Adam this is John. We simply do not have I would say solid enough information to venture a guess as to what we are going to see going into later in the summer into Q3. We feel comfortable with the guidance that we provided, I think we have given a lot of information around how we came up with the guidance, even there you have to venture out a little bit on a limb because the visibility is simply not there from any of our customers, distributors or even the accounts that are doing well like in communications as we mentioned. So, because visibility is lacking we prefer just to stay within this quarter and talk about the next two and half months because that's really all we know. To hard to venture a guess beyond that.

Adam Benjamin - Jefferies

Okay, maybe just a follow-up to that. If you compare more recent conversation you had with your customers and let's say 60 days ago, can you just give us some resemblance of the tone of those customers and how they are feeling about their businesses. And just in terms of the overall demand.

John Daane

Some are feeling very solid within their business, some are not. Some have a feeling that they bottom, some are feeling its going up, some are feeling it's going down. It really is a mix. To a large degree when we ask for clarity what we get from them is we would love to get that from our customers and we are not. So it's hard for us to provide you any. So, I think again in this environment data is not strong and solid, and so we would like to remain conservative and just talk about the near-term.

Adam Benjamin - Jefferies

Got you.

Scott Wylie

And operator we have time for one more question please.

Operator

And that comes from Ashley Hartson with Raymond James.

Ashley Hartson - Raymond James

Thank you for taking my question. Most of them have already been answered at this point but just wanted to check in with you in terms of your customer Huawei was 12% of sales in first quarter, based on backlog you expect them to be just as larger percentage of your sales in the second quarter. And then I believe you also said you were seeing strength from DTE on the last quarter's call where they still relatively as strong as you expected in the first quarter and what do you think from them going into the second quarter?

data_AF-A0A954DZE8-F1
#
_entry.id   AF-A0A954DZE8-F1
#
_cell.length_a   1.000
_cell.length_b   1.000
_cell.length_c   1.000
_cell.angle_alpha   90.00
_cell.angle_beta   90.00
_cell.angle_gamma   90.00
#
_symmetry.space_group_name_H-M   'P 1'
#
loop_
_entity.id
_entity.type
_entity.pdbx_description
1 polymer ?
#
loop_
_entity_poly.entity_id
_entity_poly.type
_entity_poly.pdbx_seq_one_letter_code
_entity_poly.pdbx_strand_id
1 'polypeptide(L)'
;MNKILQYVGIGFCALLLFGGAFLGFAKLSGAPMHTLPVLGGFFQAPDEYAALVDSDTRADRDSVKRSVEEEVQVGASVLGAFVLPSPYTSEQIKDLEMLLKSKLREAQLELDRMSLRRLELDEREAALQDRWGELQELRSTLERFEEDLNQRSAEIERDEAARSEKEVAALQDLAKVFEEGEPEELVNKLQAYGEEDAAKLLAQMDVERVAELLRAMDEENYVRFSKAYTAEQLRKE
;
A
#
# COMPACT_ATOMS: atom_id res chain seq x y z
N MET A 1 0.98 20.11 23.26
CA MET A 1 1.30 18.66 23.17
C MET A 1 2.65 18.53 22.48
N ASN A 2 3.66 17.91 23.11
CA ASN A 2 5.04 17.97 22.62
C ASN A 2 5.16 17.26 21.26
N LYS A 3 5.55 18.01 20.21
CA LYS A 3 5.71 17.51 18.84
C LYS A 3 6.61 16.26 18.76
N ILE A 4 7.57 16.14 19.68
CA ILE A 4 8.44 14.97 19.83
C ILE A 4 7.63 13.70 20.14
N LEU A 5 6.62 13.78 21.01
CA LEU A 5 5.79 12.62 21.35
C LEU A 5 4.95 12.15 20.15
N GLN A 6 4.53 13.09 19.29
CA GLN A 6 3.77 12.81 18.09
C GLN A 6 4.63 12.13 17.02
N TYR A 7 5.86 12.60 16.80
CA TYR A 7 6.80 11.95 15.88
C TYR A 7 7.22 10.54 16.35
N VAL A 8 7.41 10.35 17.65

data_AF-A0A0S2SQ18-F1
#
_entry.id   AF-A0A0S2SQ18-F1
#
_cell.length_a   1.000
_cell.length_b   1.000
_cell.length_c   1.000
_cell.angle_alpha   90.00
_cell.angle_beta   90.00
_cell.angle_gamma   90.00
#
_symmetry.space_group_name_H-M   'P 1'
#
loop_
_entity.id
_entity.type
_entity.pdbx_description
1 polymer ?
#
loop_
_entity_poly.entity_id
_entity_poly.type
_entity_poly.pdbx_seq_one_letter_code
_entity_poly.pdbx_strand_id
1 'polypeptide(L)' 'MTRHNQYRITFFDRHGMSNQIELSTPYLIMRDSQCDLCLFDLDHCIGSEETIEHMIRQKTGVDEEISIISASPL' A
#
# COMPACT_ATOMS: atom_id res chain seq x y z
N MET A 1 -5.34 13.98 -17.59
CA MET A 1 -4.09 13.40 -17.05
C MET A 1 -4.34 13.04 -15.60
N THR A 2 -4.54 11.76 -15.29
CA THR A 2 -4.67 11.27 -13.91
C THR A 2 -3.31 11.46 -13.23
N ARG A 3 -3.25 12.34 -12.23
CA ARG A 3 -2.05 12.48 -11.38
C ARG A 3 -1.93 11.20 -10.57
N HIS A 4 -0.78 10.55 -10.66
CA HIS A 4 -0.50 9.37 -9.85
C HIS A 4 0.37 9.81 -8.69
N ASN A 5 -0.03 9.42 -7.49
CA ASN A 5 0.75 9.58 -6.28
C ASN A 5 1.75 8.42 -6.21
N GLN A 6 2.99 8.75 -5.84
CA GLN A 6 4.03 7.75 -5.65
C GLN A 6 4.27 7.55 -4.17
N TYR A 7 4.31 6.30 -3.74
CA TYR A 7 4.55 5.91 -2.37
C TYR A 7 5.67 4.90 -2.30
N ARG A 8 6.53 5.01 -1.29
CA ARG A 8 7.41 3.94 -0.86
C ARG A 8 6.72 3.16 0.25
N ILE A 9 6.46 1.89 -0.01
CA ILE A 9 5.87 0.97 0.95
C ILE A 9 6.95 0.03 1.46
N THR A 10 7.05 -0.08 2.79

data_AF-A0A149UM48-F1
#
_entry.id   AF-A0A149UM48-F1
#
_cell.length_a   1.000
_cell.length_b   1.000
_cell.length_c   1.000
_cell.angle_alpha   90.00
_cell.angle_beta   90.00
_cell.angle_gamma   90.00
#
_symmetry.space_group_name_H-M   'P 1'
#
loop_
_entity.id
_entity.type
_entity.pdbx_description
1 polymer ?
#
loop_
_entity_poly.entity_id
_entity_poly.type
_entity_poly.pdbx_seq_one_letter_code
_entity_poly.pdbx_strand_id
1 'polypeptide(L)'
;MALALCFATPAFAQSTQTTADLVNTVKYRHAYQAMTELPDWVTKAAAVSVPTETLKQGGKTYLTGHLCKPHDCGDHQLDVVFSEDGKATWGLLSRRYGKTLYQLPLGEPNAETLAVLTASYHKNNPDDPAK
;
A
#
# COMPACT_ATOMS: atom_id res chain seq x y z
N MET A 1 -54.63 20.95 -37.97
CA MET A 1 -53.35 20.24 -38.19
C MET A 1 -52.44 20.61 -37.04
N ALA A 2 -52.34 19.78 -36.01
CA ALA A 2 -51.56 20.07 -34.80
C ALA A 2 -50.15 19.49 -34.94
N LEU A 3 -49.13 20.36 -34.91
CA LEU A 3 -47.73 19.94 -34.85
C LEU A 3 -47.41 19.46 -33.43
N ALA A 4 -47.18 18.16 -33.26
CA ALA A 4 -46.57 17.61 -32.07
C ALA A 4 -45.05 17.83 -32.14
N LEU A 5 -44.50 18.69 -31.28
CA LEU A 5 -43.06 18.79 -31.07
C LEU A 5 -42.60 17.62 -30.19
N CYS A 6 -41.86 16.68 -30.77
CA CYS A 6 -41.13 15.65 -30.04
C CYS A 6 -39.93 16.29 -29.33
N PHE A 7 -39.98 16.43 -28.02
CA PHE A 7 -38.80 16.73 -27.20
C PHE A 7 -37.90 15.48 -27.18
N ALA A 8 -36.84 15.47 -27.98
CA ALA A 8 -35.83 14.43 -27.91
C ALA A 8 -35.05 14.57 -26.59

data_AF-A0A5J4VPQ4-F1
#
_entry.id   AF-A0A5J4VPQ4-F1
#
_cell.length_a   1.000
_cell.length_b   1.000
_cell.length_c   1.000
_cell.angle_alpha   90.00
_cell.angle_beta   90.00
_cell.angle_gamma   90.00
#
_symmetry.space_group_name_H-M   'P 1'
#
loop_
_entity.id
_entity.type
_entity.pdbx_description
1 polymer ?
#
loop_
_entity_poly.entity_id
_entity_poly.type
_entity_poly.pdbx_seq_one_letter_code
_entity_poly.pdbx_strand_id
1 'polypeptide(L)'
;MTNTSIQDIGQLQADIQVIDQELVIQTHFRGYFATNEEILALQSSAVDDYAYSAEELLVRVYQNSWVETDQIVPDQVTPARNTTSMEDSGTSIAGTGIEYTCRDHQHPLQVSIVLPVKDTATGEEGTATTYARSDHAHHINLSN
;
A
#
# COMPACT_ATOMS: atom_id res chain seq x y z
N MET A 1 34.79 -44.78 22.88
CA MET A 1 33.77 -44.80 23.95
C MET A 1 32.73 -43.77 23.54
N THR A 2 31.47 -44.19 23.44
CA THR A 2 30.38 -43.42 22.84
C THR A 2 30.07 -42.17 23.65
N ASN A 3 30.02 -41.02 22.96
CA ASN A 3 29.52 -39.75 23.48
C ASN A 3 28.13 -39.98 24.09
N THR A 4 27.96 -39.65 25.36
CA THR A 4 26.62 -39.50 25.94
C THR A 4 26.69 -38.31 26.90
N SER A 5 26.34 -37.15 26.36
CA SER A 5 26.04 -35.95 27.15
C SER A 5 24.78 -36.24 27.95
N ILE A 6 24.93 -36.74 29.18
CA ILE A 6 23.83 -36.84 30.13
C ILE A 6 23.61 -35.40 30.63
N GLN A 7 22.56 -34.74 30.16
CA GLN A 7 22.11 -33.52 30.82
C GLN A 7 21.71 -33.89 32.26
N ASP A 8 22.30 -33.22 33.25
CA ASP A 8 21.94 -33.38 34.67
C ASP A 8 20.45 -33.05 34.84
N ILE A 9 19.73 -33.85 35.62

John Daane

We've seen not to go through with specific names but we are seeing communications' companies in general, particularly if they are in the field of wireless and they have been winning contracts in China and India for instance as well as other developing countries are doing pretty well. And so we’ve seen an up tick from them the reason that Huawei is above 10% of our revenues is because of the strength in wireless that we are seeing and they are seeing as well as backhaul equipment.

And the fact that many of our other accounts are down. So obviously if business in other areas down you have got wireless up you have got the potential from some of the com customers because they are very concentrated to be about 10% of revenues. Longer term if I were to go out a year I would venture to guess that probably we will go back to having no customer greater than 10% of revenues back to what's really been our norm to other history as some of our other businesses start to grow again.

In the short term we do expect communications to grow again for us in Q2 and therefore I would say there is a pretty high likelihood that Huawei will stay above the 10% customer but the some extent we will just have to see how this plays out.

Ashley Hartson - Raymond James

Okay, thank you very much.

John Daane

Thank you very much.

Scott Wylie

Thank you, Ashley, and as we wrap up today let me note that we will attend two conferences during the quarter, first is the Credit Suisse 13th Annual European Technology Conference, where we will present May 6, that’s in London. And on May 18, we will present at the 37th Annual JP Morgan Global Technology Media and Telecom Conference in Boston.

This concludes Altera’s conference call. Thank you for your participation and interest.

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Source: Altera Corp., Q1 2009 Earnings Call Transcript